Irish Olympic target shooting

New licences granted in four working days…

With the new licencing legislation being rushed into place this year, there was rather widespread dread of significant problems with the new system. And in fact, many problems did show up and are still being encountered – and the next few weeks are the real acid test, as the extensions of people’s licences expire. From what I’ve seen from talking to farmers and hunters, the majority of shooters did not understand that when those extensions expired, the shooters were no longer licenced to possess any firearms; and that this year was a reapplication and not a renewal as it has been for the last 80-odd years.

Most shooters seemed to believe that they had to wait until the extension expired in order to apply; some even thought that when the extensions expired, they’d be asked to come into the station and pay the annual fee and renew as before. And since a large number of extension letters apparently never made it out, and yet more shooters received extensions to their extensions in error (as such second extensions don’t have any authority under the Act); the level of confusion out there is high, even allowing for the typically Irish approach to a change in the system (ie. ignore it until you can’t, don’t learn about it until someone gets annoyed enough to explain it to you in small words, admit nothing and give nothing up…).

With all that, I was feeling rather unhappy about the odds of getting my licences in time to travel abroad. My own fault really – when the workload in college took off at the start of this term (I grossly underestimated the amount of work I had to do when the embedded systems course changed its hardware platform, as did several others), I had left the application slide. Now granted, for several weeks noone was being advised to apply – with the commissioner’s guidelines not published, the restricted list update SI not published, the local gardai not being briefed on how to handle the new process, and even the An Post system not up and running for paying the fees, every NGB out there was advising people to hold off from August 1 until around about mid-September or so. Still, the last six weeks are my own daft fault.

So I was quite pleased at the speed of the turnaround on my licence application. More details and forms after the break…

So here are the original extension letters:

Air Rifle extension letter

Smallbore Rifle extension letter Air Pistol extension letter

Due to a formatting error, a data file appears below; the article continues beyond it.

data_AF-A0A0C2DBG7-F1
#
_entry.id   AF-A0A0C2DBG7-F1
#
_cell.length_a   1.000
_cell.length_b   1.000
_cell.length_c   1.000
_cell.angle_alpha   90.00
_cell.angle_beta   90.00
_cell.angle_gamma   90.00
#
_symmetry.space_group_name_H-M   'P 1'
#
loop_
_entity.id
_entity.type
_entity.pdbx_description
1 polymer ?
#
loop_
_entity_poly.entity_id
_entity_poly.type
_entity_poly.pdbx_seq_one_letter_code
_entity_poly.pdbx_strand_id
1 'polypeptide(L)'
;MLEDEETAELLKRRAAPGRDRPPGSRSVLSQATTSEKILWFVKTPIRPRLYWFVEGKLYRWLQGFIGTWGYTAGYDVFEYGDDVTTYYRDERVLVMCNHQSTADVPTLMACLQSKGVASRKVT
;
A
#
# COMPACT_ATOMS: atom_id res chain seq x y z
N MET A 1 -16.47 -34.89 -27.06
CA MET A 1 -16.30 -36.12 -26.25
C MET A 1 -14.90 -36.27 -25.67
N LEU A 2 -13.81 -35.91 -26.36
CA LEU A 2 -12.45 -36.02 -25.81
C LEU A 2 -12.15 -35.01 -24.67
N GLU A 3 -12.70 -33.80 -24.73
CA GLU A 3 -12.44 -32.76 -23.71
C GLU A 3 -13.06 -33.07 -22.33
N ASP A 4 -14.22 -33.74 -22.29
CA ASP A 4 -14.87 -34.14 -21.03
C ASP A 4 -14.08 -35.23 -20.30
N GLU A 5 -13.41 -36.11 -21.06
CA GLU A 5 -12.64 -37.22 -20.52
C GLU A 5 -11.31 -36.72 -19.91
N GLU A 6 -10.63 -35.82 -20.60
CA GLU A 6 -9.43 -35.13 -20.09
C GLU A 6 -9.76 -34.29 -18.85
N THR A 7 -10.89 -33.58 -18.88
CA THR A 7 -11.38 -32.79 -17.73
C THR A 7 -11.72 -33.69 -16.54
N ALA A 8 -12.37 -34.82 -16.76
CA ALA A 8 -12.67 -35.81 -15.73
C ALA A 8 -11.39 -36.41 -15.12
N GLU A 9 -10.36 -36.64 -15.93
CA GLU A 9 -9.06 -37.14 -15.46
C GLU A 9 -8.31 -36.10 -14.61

So all my licences were extended to October 31, which put me in the first group of licence renewals as we transitioned from the one-year to the three-year licences. I suspect that that may well have been down to alphabetical sorting of the names, but it could equally be just sheer bad luck (bad because the first group up are where the teething problems in new systems typically show up…). It might also be down to there being a pistol licence there – there’s been some confusion over what pistols are and are not on the restricted list, and any restricted licence was up to be in the first group according to the new Act.

We’ve all seen the new forms; if not I recommend going to shooting.boards.ie and reading the information on the new licencing procedure and asking questions there! Most of my own forms I’d have to redact before posting so there wouldn’t be much left over – so I won’t post the actual forms themselves. On top of which there were issues with mine – not all clubs have PULSE numbers yet despite having been inspected and approved by the Gardai, for example, and WTSC is one of those (it’s a Real Soon Now situation). Further, I don’t have an actual GP. In the end, I settled on giving my most recently used GP, but frankly the intent of asking for your GP is rather undermined by there not being an answer to give (not all of us have GPs who’ve looked after our families’ medical needs for years); and the recent Ft.Hood shootings being carried out by a medical health professional raises further ugly questions as to the worth of giving up your right to medical confidentiality.

However, that’s a debate for another day. I filled in the forms, went into my new local Garda station on Thursday (Oct29) to hand them in and meet the new Firearms Officer. I say new because to add to the fun and games, since my last renewal I got engaged and moved in with Herself in our little apartment in Dublin – so not only am I renewing, I’m changing address and Superintendant and Firearms Officer all at once. Since the personal relationship between shooter and Firearms Officer is an important one for the design of the firearms legislation (it’s a primary safeguard for the public), that’s kind of a big deal. So I took the afternoon off, dropped in the forms and waited to meet the FO. Unfortunately, he was out on call at the time, so I couldn’t meet him that day.